The typical “quick win” approach would be something like this: “Let’s build the first table in the data warehouse and get some data coming in from various wastewater plants.” That looks like progress. But no matter how much data gets collected in the data warehouse, it doesn’t do anything to achieve the core purpose of this initiative—helping the engineers make better, faster recommendations for their clients. It’s just a technical task that, we hope, will eventually contribute to that larger business outcome.

Instead of taking that approach, on our team, we talked with some of the engineers and leaders who were just starting a new optimization project and we asked them, “What’s an important question for you to answer from the data in this plant that’s normally time-consuming or otherwise painful to get an answer to?”

As a result of that discussion, we built the world’s simplest data warehouse—a flat file with data from that one plant to answer that one question, updated nightly—with just enough reporting on top of it to help answer the question; and shipped it a couple of weeks into the project. And those engineers used it to get real value right away.


One of the things I love about that example is that it was a true quick win. You got all of the motivation and momentum benefits we’re trying to get from a quick win, while simultaneously going right after that tricky stuff that often gets pushed later in a project. The team learned a lot about the core complexity of the initiative right away. The delivery risk was lowered right away because the team had a chance to explore several parts of the solution in a short time. And, two weeks in, they were getting real customer benefit.


Right, so we’ve discovered that this is a repeatable approach. The way out of the quick-vs-win tension is to identify a thin slice through the core complexity, something that’s small but also meaningful, which is exactly what our Feature Mining technique is used for.


Yeah, I was just thinking that Feature Mining is a great tool to do this. For people listening that might not be familiar with Feature Mining, Richard, will you give us a high level overview?


Sure.  In a Feature Mining session, which is a 60 to 90 minute conversation with a cross-functional group–people who understand the problem side of things;  the business side of things, people who understand the solution or technical side of things– that cross-functional group brainstorms on four questions:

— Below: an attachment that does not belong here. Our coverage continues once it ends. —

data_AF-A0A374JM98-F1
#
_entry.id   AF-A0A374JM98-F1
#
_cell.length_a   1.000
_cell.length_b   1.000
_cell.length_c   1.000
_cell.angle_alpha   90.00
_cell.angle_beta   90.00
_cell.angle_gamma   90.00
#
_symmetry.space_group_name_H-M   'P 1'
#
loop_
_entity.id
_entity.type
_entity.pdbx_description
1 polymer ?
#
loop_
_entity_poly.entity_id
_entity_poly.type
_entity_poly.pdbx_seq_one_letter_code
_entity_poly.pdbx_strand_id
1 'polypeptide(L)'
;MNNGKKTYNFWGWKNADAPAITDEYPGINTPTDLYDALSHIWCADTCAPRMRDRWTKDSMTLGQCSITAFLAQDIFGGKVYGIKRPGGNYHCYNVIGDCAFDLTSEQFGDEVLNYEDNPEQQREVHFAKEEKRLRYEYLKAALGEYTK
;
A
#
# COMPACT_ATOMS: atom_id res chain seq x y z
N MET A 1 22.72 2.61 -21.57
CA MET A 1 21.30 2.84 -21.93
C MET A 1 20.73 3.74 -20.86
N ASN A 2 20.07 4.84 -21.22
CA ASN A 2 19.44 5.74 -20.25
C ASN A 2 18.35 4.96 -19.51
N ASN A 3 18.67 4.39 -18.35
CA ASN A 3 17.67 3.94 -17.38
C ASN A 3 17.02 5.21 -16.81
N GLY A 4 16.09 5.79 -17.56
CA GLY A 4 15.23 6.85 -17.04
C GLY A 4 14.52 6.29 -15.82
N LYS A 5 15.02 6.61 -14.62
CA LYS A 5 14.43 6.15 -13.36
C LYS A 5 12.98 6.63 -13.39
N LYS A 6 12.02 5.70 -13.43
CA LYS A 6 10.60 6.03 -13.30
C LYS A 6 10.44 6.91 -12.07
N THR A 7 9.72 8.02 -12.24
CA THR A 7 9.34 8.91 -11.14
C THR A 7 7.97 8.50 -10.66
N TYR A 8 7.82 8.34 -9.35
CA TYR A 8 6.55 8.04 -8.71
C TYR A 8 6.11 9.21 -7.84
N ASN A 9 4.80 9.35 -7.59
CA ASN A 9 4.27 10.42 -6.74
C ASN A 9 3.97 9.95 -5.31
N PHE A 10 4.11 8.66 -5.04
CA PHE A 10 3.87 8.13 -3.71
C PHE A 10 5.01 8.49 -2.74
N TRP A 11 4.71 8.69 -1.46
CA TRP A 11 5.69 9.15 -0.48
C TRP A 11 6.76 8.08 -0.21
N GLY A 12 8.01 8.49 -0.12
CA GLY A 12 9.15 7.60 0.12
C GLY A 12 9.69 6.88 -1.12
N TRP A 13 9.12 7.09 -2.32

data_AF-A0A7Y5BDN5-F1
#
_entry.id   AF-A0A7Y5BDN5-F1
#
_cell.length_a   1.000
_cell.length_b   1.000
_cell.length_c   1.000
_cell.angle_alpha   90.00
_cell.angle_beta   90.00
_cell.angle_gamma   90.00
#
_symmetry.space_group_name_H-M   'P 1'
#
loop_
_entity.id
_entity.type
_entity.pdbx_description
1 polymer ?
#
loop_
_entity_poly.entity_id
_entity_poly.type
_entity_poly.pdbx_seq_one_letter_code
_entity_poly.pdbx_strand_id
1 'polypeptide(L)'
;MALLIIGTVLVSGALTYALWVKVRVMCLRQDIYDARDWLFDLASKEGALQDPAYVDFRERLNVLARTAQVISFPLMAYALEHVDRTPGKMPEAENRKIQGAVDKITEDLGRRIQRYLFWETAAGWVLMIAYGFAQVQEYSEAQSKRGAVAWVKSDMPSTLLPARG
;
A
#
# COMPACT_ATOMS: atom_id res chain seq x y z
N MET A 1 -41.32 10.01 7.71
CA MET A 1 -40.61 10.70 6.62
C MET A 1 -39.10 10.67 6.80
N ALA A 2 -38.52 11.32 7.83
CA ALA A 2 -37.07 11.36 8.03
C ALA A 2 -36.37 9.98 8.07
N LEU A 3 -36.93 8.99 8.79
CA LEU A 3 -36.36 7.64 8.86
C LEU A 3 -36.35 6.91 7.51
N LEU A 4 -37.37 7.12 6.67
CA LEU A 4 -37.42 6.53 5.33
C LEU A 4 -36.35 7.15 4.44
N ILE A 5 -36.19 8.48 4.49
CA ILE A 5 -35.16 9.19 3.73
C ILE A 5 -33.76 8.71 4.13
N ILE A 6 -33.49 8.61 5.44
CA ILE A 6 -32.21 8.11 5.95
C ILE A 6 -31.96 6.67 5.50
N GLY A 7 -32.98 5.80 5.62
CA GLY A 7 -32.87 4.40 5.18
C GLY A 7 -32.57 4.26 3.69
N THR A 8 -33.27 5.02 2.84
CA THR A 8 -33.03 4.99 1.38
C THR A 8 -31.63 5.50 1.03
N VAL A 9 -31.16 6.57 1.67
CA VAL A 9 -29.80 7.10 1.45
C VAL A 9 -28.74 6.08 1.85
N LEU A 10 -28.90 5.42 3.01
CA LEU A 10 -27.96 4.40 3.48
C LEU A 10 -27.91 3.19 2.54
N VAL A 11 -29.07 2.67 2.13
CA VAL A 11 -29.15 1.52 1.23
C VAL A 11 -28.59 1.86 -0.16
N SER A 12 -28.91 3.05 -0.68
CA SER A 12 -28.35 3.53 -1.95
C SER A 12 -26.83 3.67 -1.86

• What impact are we trying to create with this initiative?
  • What makes it a big effort in terms of time, expense, other resources, etc.?
  • Where’s the risk? What could go wrong that would cause us to fail to achieve the desired impact?
  • Where’s the uncertainty? What do we need to learn in order to succeed?

So, we brainstorm on impact, bigness, risk and uncertainty. Then, the group goes through a structured process to identify first steps that could provide some impact, some risk-mitigation, and some learning without all that bigness. It has become a way to reliably find true quick wins.


We’ve added a Feature Mining template to Miro’s “Miroverse” template library, so anyone using Miro can download it and use it for free. We’ll drop a link to that in the notes. That template also has step-by-step instructions so you can try it out right away.


People can also get a video walkthrough and facilitation guide for Feature Mining in our self-guided 80/20 Product Ownership online course. Or if you want to talk through it live, sign-up for one of our Certified Scrum Product Owner or Advanced Certified Scrum Product Owner classes, where I cover it in those classes. 


I’m sure many of you listening have run into this challenge before, and you’ve probably come up with some cool examples of breaking that tension. Drop a comment if you’re watching the show on YouTube or on our socials and share your example. I think the more examples we have, the more it will help inspire cool ideas for anyone struggling to figure this out. Thanks for checking out today’s episode, and thanks, Michael, for the great question.